Comply with EPA Tier II Materials Reporting
Facilities with hazardous materials at or above the threshold amounts established by the Environmental Protection Agency (EPA) are required to meet annual reporting obligations. This may come as no surprise to experienced professionals in our industry who have been complying with reporting guidelines outlined in the Emergency Planning and Community Right-to-Know Act (EPCRA) since its establishment in 1986.
“These Tier II forms aid first responders, such as hazmat teams and fire departments, in dealing with emergency situations,” said Joe Keenan, an environmental health and safety management professional with nearly 25 years of experience. For example, he continued, if a facility was storing magnesium on site and experienced a fire, the fire department could cause an explosion if they use water to try to put out that fire. “It’s important for them to know what may be on site at any given time to prevent emergency situations from getting worse.”
However, reporting forms can be complex, and it’s important to keep them up-to-date so your facility can remain in compliance. Here, we share an overview of Tier II reporting from Keenan’s recent webinar presented by ComplianceKey, an online portal of Ijona Services LLC, offering compliance training on a variety of topics, including risk management, corporate compliance, and other regulatory compliances.
EPA Tier II Reporting Background
Sections 311 and 312 in EPCRA require companies to report hazardous chemicals at their facilities if those materials meet a specified threshold. This applies to any chemicals subjected to the Globally Harmonized System of Classification and Labelling of Chemicals, or GHS.
As outlined in section 311, Keenan pointed out that the company must maintain an inventory of all hazardous chemicals on site and complete a Safety Data Sheet (SDS) for each one, regardless of whether or not the total amount of that material requires Tier II reporting.
Tier I and Tier II reporting is outlined in section 312. Hazardous chemicals must be reported if quantities exceed 10,000 pounds. Extremely hazardous substances (EHSs) must be reported if quantities exceed 500 pounds, or that particular substance’s threshold planning quantity.
If quantities surpass these thresholds for even one day of the year at your facility, it must be reported. Note that hazardous chemicals can include raw materials, in-process quantities, products and waste materials. “You must account for all quantities present in all materials, mixtures and stages of production,” Keenan said.
He also pointed out that these are the federal thresholds. Some states and even local municipalities have more stringent reporting requirements, so it’s imperative to ensure compliance with those jurisdictions, as well.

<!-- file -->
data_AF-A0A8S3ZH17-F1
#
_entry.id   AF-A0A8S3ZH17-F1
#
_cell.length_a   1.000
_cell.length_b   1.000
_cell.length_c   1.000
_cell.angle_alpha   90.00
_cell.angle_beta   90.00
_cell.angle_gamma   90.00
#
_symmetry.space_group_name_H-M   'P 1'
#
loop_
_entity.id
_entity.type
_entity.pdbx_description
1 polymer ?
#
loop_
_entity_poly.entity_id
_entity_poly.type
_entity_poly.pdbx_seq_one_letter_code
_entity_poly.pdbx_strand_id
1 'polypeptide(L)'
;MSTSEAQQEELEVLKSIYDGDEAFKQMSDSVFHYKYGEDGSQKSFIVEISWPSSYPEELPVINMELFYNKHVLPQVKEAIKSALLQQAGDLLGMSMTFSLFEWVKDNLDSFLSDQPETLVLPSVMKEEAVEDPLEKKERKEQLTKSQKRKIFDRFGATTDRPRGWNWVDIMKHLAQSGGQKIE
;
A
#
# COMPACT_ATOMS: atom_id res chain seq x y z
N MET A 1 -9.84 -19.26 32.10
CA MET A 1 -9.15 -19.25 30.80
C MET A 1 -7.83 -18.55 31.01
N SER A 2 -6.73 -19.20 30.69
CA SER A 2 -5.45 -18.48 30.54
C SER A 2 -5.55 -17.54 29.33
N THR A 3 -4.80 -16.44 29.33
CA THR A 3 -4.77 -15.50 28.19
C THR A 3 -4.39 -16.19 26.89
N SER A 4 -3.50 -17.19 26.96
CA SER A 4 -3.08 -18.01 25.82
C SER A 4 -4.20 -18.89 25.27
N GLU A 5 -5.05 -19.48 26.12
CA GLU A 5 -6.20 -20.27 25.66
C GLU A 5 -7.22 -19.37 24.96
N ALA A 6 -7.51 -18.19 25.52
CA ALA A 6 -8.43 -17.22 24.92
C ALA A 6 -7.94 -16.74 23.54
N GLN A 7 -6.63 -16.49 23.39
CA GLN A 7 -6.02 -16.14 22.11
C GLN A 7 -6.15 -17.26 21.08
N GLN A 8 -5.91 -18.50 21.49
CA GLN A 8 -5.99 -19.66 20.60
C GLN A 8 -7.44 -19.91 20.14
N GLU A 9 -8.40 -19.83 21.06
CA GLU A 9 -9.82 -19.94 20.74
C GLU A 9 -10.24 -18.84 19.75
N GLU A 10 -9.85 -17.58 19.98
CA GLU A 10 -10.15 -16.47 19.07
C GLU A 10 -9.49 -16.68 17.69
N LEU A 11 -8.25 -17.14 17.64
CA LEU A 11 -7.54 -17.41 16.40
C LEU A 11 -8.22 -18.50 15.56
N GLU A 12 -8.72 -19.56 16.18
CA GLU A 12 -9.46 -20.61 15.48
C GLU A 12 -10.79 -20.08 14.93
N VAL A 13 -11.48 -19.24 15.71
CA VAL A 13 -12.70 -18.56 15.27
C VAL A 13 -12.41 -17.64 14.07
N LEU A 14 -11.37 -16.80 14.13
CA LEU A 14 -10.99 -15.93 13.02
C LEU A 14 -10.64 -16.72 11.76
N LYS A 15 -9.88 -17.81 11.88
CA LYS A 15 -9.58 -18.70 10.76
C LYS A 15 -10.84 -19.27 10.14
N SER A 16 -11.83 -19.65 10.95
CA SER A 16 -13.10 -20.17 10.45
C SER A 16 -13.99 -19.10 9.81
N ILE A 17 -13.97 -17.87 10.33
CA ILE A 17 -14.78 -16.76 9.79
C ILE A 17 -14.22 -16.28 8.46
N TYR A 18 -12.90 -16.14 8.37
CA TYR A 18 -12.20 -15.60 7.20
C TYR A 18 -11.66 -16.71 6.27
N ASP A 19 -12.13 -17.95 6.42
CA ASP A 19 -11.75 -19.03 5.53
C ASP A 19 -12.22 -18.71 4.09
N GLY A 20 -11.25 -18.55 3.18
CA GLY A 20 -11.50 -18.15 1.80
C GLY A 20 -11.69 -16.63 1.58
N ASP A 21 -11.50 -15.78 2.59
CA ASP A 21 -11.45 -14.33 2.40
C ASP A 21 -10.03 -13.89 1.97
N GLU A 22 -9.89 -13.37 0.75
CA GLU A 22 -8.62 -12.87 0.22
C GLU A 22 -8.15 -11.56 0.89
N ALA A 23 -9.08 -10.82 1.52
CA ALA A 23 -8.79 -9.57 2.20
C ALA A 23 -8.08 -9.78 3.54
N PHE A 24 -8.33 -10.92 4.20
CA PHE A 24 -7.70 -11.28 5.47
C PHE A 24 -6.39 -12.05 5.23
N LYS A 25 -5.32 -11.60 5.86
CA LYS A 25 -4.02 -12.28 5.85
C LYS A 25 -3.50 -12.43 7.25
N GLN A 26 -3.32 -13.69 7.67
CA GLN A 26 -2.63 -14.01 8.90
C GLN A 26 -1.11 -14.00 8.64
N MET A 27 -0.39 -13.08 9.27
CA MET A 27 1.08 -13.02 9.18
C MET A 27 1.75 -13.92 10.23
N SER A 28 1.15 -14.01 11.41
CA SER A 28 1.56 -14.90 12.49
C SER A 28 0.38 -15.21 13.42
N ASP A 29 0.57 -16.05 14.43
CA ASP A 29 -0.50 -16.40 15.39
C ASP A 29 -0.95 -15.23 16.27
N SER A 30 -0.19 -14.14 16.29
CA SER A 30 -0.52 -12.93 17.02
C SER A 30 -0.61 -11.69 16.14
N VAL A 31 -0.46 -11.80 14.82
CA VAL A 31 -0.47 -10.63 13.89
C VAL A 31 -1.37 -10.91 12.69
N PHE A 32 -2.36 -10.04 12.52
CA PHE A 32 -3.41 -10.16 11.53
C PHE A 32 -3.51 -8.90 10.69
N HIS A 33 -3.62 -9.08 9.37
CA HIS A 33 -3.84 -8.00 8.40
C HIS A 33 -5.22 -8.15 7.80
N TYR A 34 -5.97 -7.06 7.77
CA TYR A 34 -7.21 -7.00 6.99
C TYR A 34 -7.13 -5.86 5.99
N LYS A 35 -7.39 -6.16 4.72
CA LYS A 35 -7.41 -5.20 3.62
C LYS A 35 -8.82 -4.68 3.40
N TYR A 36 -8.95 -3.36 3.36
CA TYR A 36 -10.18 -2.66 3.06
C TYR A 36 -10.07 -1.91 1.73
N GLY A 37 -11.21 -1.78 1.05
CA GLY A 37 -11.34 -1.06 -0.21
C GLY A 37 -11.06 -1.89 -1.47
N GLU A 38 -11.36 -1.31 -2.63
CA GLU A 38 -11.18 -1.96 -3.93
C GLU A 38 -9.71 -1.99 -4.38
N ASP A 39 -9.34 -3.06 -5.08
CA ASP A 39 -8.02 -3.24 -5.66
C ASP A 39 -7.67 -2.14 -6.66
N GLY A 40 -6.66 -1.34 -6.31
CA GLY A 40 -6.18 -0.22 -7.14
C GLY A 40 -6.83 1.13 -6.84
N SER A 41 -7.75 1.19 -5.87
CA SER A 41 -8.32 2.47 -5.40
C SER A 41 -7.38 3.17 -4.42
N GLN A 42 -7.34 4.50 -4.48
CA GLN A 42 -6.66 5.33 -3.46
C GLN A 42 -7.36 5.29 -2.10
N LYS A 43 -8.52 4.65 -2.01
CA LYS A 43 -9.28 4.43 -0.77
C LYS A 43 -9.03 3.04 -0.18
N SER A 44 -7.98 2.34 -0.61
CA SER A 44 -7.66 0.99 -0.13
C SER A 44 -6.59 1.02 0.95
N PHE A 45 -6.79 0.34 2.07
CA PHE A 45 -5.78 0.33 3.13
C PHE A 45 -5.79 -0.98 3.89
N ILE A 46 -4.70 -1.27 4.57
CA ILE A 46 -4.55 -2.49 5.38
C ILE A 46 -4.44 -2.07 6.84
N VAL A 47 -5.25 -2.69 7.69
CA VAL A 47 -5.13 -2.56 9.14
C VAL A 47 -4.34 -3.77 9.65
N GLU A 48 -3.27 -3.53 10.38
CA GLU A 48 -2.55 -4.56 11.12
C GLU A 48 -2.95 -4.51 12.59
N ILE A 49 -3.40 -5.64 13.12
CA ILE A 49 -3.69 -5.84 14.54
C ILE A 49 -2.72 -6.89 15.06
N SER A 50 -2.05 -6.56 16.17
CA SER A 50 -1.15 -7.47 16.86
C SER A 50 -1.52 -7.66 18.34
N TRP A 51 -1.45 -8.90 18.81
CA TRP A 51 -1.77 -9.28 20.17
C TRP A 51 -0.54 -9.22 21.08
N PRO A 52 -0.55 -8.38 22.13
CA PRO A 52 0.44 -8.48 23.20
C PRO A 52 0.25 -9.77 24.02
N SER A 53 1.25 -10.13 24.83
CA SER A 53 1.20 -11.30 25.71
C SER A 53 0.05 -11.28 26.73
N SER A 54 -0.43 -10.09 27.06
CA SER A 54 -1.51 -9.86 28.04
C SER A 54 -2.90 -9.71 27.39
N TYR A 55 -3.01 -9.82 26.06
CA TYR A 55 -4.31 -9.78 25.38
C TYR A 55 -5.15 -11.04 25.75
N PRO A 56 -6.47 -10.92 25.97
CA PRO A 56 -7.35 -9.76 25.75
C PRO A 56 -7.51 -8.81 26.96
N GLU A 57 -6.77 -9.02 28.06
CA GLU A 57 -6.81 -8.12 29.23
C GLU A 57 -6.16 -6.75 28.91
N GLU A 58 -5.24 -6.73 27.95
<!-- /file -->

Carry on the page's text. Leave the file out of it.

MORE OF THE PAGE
Inset: Note: Submitted chemical inventory reports are available to the general public upon request from the SERC, LERC or the local fire department.
Each state may also follow different procedures regarding where the electronically-filed reports will be forwarded. For example, Keenan said, reports submitted in Mississippi automatically go to all three required entities: the state emergency response committee or council (SERC), the local emergency planning committee or council (LERC), and the local fire department. However, this may not be the case in every state, and it is the company’s responsibility to ensure each of those three entities receive a copy of the report. Visit epa.gov/epcra to learn about reporting within your state and/or local municipality.
Tier II reports must be filed each year for the previous calendar year. The deadline to submit for the 2019 calendar year is March 1, 2020.
EPA Tier II Reporting In Action
Tier II forms typically require an initial set of SDS for each hazardous chemical being reported, a detailed facility map denoting the location of these chemicals and GPS coordinates of the facility.
For employees new to completing Tier II reports, Keenan recommended getting started by reviewing Tier II reports previously filed by your company. Keenan recommended printing out past Tier II reports and comparing quantities and substances present on-site with those documents, noting any changes.
Beginners, or those wishing to refresh their knowledge, can attend an EPA online tutorial at epa.gov/epcra.
To develop a comprehensive chemical inventory management system, Keenan recommended starting with the company’s purchasing department or inventory department to get records, ask questions and request they provide the information needed going forward. Then, he suggested doing a comprehensive walk-through of the facility to take inventory and make detailed notes of all substances on site, where and how they are stored, and any other pertinent information. Commonly overlooked items, Keenan said, often include bulk fuel storage, sulfuric acid in lead acid batteries and chemicals stored in small amounts in various locations within the facility, such as oils in equipment or compressed gas cylinders. He also recommended having a detailed process to approve new chemicals that come on site.
“It’s important to have records of what is being stored in your facility,” Keenan said. “Even if you’ve determined that you don’t need to report a particular chemical if it falls under the threshold, it’s good to document it in your records in case you are ever audited by the EPA or the state department of environmental quality or environmental resources so you have the data to back up any claims that it was under those thresholds.”
This process must be done at every facility, in every state and/or municipality in which a company operates.
Once you submit your report, Keenan recommended documenting the acknowledgement of receipt for your records.